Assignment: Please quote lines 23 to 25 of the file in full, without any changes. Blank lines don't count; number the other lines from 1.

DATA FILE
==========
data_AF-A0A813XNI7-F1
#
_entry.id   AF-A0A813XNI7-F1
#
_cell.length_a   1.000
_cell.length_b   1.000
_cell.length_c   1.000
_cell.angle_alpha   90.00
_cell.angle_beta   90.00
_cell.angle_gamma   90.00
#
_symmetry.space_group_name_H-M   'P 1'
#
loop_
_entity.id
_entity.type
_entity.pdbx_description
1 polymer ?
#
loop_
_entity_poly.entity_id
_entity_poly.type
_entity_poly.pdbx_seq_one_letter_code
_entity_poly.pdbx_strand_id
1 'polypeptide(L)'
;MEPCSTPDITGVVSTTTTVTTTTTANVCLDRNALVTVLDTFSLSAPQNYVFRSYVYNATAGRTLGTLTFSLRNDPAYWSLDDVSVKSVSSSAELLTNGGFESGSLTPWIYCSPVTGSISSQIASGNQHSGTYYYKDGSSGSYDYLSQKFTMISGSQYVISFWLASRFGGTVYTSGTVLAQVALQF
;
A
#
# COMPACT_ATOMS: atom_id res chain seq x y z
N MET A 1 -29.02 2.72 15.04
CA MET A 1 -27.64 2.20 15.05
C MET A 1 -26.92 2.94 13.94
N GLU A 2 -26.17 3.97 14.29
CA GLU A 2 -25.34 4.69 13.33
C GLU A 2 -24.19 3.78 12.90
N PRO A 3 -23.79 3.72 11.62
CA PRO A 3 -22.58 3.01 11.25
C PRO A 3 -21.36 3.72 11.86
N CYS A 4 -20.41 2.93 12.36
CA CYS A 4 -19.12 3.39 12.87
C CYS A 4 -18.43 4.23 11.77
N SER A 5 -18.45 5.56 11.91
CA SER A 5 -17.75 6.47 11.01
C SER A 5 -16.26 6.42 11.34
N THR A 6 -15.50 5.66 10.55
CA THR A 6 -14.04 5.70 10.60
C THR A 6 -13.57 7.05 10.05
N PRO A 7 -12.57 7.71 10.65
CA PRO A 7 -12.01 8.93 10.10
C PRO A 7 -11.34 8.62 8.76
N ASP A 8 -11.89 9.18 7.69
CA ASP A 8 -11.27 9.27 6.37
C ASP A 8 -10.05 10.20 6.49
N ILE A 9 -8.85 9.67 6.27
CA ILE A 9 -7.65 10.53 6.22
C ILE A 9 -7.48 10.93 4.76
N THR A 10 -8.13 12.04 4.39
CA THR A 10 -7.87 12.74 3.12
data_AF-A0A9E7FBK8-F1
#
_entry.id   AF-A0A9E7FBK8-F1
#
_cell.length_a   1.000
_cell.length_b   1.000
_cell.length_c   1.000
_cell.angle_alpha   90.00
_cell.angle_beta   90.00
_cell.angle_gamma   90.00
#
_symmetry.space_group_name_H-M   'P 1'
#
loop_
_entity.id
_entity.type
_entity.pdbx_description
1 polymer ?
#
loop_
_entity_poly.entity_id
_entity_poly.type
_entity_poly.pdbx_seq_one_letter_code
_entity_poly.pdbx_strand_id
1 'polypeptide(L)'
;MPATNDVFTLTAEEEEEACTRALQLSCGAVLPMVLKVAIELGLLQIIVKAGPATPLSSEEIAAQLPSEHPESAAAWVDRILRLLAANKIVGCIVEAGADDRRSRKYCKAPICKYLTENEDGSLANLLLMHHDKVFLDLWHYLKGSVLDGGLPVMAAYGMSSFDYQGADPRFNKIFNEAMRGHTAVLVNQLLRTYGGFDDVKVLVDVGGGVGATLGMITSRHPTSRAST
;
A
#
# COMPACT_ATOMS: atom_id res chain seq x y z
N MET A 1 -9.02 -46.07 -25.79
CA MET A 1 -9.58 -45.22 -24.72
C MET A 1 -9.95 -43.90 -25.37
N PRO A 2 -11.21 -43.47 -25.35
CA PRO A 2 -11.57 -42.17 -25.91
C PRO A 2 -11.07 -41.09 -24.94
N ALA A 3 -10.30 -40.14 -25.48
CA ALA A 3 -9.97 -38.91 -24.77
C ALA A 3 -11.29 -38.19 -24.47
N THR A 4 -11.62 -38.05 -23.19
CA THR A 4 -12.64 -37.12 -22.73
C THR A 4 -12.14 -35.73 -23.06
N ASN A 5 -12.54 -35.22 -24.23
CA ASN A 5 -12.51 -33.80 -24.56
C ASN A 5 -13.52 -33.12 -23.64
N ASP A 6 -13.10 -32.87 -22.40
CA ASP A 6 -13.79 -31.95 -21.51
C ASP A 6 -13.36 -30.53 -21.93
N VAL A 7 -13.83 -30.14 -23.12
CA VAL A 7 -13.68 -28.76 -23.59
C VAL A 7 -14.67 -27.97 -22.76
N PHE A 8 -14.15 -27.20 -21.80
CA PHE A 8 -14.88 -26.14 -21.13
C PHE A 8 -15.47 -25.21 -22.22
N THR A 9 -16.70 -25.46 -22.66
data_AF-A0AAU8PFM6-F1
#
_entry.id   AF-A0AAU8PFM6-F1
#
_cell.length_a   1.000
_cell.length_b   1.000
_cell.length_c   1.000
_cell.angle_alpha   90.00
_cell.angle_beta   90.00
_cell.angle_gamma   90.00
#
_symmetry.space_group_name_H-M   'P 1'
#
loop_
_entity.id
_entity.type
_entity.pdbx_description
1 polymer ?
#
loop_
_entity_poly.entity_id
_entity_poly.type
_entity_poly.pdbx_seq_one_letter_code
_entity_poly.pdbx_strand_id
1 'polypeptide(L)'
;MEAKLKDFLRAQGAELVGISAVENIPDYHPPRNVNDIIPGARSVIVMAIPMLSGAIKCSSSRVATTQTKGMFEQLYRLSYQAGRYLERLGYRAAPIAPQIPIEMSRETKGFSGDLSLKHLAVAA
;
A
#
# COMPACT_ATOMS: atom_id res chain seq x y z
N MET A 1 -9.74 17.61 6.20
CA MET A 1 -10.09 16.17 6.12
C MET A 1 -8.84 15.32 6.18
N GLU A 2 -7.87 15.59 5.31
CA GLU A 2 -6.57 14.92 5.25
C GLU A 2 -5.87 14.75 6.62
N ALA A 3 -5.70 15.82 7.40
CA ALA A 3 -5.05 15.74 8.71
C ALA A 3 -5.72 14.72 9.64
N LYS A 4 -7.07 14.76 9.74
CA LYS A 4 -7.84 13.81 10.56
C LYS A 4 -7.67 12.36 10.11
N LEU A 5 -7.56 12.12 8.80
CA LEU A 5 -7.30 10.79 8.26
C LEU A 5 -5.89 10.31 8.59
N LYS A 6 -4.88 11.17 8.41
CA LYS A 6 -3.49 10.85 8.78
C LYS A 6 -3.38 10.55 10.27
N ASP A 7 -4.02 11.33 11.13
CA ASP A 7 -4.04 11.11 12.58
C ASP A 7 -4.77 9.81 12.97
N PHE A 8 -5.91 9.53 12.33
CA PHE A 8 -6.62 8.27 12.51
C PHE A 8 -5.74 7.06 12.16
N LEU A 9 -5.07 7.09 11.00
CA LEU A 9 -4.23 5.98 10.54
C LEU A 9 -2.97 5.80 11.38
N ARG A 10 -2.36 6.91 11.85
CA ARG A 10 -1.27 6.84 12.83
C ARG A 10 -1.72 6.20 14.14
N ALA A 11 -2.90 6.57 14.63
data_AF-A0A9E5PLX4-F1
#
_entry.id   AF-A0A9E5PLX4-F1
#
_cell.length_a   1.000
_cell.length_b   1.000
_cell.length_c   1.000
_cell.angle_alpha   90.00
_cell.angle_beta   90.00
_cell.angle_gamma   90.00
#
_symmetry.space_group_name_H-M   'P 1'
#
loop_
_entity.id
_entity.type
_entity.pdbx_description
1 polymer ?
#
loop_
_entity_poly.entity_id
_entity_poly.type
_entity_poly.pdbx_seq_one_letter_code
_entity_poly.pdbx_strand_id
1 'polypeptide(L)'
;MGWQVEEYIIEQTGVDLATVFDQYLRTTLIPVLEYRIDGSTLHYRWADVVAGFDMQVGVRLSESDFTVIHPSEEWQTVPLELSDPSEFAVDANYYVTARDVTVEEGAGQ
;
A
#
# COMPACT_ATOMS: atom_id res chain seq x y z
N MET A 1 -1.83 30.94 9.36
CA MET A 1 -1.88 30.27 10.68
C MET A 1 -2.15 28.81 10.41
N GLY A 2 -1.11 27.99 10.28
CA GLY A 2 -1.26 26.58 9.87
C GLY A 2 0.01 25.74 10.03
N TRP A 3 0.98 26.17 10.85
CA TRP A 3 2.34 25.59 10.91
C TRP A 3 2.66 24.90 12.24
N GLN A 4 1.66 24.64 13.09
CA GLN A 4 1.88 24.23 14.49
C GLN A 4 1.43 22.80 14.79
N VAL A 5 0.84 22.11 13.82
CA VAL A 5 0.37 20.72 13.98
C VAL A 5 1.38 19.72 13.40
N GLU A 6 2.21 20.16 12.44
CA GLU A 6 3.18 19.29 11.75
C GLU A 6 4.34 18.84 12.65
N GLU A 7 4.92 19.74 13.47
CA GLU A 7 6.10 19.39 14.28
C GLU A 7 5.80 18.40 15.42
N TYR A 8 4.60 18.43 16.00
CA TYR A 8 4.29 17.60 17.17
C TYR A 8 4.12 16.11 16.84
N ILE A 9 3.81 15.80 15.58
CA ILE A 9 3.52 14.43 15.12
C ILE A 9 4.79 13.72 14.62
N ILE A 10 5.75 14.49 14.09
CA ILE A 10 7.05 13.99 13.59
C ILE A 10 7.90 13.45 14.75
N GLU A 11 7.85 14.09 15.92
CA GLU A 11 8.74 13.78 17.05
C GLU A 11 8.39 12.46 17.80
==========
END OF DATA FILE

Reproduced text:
_entity_poly.pdbx_seq_one_letter_code
_entity_poly.pdbx_strand_id
1 'polypeptide(L)'